April 24, 2021
by Andy Alexander, S.J.
Creighton University's Collaborative Ministry Office
click here for photo and information about the writer

Saturday of the Third Week of Easter
Lectionary: 278

Acts 9:31-42
Psalm 116:12-13, 14-15, 16-17
John 6:60-69

Celebrating Easter

Letting Myself Be Reborn

Weekly Guide for Daily Prayer

Doubting Comes from
Being Out of Communion

Jesus then said to the Twelve, “Do you also want to leave?”
Simon Peter answered him, “Master, to whom shall we go?
You have the words of eternal life.
We have come to believe
and are convinced that you are the Holy One of God.”
John 6

This gospel has often been very helpful for my spirit. The context is that in Chapter 6 of John's Gospel, we've been hearing Jesus reveal to us that he is the Bread of Life - the Bread that gives life. He goes further to call us to eat this bread to have eternal life. The notion of eating Jesus' body and blood - his literal self-giving love for us, for our nourishment - is just "too much" for some. They call it a "hard saying," that is, "this is hard to swallow." And, some of them turn away from him.

Jesus turns to the Twelve and asks them, "Do you also want to leave?" It is the perfect question for us. No matter how strong our faith, we have to recognize that we live in a world in which our faith is quite counter cultural. It is not only that the world doesn't accept or even understand the real presence of Jesus in the Eucharist, or the meaning of our "communion" with him, when we receive him in the Eucharist. Much of the world doesn't believe in who Jesus is for us. It's good to ask ourselves, not really, "Do I want to leave?" but more precisely, "How totally with him am I?" Our faith is not like belonging to a club, where we keep our membership up to date. It's a relationship with Jesus, which shapes who we are and how we are in relation to others and our world. It is asking myself, "Am I all in?" And, "Where am I resistant or reluctant or how do I withhold my communion with him?" Is there a cost to intimacy with Jesus that is "too much" for me?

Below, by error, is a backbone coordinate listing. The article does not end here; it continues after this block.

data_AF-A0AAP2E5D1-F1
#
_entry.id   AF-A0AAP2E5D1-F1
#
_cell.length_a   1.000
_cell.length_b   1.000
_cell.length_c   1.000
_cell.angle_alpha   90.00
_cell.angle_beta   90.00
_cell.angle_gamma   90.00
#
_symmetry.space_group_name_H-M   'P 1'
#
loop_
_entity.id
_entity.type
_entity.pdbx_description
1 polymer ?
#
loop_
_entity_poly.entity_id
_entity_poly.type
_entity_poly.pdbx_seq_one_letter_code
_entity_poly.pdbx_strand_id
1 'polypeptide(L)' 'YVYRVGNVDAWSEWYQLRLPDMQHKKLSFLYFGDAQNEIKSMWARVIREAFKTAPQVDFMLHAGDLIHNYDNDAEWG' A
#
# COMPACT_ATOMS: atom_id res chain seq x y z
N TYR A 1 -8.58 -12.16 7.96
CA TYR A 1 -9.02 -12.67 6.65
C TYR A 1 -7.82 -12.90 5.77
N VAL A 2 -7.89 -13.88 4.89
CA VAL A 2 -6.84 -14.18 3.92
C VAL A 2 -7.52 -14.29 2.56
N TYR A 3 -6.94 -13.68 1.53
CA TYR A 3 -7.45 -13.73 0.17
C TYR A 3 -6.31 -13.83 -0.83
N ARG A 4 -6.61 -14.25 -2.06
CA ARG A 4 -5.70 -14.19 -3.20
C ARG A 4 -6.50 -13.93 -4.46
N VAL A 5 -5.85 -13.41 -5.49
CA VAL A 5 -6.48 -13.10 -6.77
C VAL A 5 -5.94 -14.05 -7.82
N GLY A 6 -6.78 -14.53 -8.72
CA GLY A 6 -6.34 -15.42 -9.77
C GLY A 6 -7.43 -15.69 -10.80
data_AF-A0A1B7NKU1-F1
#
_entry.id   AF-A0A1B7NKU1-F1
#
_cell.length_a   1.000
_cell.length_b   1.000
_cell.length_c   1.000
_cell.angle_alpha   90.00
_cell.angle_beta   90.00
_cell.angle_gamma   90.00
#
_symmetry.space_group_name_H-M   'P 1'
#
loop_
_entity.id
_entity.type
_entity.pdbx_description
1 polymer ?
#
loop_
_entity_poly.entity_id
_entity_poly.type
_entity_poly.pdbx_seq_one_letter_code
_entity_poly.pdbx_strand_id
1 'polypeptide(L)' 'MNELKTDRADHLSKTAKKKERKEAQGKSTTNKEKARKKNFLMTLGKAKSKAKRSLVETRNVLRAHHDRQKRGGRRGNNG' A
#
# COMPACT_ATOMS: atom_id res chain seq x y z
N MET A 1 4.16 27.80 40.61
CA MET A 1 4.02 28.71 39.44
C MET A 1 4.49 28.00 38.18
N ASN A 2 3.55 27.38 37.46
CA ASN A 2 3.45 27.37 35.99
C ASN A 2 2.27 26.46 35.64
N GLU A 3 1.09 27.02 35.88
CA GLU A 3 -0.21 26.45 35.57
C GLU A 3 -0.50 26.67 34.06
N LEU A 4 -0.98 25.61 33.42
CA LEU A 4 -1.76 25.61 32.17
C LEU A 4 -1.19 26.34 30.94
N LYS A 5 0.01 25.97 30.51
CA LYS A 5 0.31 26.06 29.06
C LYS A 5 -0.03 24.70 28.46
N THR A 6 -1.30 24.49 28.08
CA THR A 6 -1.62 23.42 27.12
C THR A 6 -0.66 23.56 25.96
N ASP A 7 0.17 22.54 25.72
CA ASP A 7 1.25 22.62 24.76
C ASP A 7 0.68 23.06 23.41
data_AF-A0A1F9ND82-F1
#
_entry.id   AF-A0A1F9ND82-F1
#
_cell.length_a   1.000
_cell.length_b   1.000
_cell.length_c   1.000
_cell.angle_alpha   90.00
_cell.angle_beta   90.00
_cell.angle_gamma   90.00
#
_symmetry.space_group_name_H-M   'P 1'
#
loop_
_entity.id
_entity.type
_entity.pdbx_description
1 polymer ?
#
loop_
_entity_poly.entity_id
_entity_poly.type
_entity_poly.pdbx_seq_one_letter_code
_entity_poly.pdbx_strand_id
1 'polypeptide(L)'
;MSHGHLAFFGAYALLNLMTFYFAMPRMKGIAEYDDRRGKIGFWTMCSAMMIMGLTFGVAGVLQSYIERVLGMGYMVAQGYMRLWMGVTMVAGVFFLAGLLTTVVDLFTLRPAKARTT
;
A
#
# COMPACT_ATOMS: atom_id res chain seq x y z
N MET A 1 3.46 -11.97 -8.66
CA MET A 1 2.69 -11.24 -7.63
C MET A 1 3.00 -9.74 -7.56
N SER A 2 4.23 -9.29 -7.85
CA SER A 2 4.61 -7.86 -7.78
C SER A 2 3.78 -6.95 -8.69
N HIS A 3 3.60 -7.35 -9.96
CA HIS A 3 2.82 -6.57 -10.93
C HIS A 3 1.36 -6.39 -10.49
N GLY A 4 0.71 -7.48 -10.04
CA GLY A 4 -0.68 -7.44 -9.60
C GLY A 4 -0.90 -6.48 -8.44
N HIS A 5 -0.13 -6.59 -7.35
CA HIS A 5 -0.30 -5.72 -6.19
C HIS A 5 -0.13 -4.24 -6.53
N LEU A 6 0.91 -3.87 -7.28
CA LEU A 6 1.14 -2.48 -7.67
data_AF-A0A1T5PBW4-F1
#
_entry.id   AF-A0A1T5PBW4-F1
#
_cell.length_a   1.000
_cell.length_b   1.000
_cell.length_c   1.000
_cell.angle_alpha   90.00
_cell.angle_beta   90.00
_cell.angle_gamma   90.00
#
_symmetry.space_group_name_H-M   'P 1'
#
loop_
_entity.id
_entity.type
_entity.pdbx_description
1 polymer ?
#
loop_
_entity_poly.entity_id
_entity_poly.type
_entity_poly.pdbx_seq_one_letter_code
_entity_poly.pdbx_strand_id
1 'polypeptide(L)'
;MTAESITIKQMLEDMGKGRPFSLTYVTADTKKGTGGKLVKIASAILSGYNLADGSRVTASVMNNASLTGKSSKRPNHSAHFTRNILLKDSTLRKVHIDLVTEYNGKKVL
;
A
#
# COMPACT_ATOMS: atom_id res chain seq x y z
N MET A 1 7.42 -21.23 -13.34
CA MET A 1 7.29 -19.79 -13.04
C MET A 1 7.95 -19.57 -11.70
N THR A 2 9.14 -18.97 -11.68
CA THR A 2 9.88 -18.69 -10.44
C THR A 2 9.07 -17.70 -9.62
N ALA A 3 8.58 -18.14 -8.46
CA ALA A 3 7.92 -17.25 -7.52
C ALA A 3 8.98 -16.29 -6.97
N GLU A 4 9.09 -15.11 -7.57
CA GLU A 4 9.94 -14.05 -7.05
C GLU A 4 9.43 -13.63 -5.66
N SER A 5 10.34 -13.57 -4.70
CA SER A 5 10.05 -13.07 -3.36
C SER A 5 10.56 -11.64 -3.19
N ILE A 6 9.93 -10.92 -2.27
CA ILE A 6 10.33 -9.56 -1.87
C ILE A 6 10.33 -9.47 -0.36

Peter comes through with the dual insight and response. First of all he answers, "Master, to whom shall we go?" It is a great and profound question. Is there anyone else who is offering us more? Peter goes further: "You have the words of eternal life." No one else is offering us that. No one. It is the transformative, liberating insight. "You alone!"

Peter goes all the way: "We have come to believe and are convinced that you are the Holy One of God." We not only believe; we are convinced. He's the one. For us, for me. Jesus alone.

Having this desire to have this faith, this conviction is so revelatory for us. It shows us what we want to believe - how deeply want desire to be in communion with him. We can feel sorrow for and repent of the obvious other attachments or unfeedoms we have, but embracing Peter's insights can be quite freeing today. For me, it helps me re-embrace this desire. It helps me to say, more deeply in my heart, "Where else would I go? Really, where else?" It helps me say, "You alone are offering me complete mercy and the gift of eternal life." It can deepen my freedom to love more self-less-ly. This renewal can be life redefining for us.

Most of all, this gospel can help each of us embrace the Eucharist more joyfully the next time we are able to receive it. We'll say "Amen," but we can say it to mean, "You alone."

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